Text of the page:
I first published this on my original blog seven years ago. My internal editor and I am still fighting and I still don’t know who’ll win.
I’m curious. Do you work with an internal editor? I ask because it’s a concept I’ve been aware of and fascinated by for a long time. For instance, during my years as journalism advisor for Coon Rapids High School’s newspaper, my students and I often held discussions about the extent to which they were self-editing. One such discussion I clearly recall moderating was between the editor and the music reviewer pulled a deservedly scathing review of a rock concert he’d attended. The reason? He feared the put-downs that his comments would elicit from his peers.
Like the kids I, too, find myself aware of internal editors. The strongest one has the most critical voice: “You don’t know what you’re doing. That stinks. What right have you got to put that out for public viewing?” I can usually work through this one by sternly saying to it, “Shut up now!” But there’s a scarier voice that’s harder to silence. It’s the one that tells me I should write only work that will sell. This would make sense except that when I heed this voice, the work that evolves is almost always trite and contrived. What works for me…the only time that editor is silent…is when I’m learning something new. And because that editor is silent, I let myself go. The result is almost always good–maybe not technically perfect, but fresh and alive. “Oh!” someone says; “that’s great! You need to write more like that!” And of course, that’s when that nagging voice of the “sales” editor kicks in again.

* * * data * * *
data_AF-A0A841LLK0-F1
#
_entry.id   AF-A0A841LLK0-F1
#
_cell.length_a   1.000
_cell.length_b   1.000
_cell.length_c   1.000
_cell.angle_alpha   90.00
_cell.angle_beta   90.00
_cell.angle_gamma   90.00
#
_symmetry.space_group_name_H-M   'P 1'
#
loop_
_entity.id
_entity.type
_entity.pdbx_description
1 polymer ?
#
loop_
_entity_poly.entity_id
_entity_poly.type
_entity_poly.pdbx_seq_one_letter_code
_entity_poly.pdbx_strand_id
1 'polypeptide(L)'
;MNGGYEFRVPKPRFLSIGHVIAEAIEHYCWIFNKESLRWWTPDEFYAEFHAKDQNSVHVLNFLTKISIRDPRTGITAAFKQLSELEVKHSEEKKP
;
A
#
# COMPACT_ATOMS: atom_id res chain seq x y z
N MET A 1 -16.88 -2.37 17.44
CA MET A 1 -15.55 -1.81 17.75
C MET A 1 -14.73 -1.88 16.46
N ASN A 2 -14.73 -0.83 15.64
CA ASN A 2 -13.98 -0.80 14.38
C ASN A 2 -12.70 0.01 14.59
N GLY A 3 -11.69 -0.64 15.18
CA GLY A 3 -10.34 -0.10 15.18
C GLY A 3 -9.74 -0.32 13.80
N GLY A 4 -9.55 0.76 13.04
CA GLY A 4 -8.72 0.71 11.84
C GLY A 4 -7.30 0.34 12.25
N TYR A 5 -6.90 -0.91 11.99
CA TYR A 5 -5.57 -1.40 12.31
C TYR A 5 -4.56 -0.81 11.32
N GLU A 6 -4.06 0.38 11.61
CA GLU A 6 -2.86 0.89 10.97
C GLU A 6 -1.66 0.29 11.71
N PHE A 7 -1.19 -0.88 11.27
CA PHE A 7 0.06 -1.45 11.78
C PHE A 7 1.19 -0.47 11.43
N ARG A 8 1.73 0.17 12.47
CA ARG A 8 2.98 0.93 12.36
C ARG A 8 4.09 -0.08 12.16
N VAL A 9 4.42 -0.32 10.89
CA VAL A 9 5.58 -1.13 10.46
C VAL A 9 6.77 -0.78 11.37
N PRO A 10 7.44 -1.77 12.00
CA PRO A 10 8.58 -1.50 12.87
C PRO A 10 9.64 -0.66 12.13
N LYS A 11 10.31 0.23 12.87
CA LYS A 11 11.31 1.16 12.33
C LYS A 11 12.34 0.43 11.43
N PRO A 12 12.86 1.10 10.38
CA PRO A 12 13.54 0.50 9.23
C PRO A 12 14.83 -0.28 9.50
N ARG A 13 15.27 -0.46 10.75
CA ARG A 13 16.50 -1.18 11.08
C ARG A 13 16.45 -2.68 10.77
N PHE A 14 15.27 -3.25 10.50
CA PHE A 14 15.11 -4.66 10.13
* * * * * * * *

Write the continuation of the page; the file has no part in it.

Now I’ve read enough pop psychology to know the sources of these admonitions, but that knowledge isn’t enough to silence these insidious mumblers. So I repeat my question: Whether you paint, write, cook, knit, carve, if you, like me, have an internal editor that gets in your way, how do you handle it? I’d love to hear from you.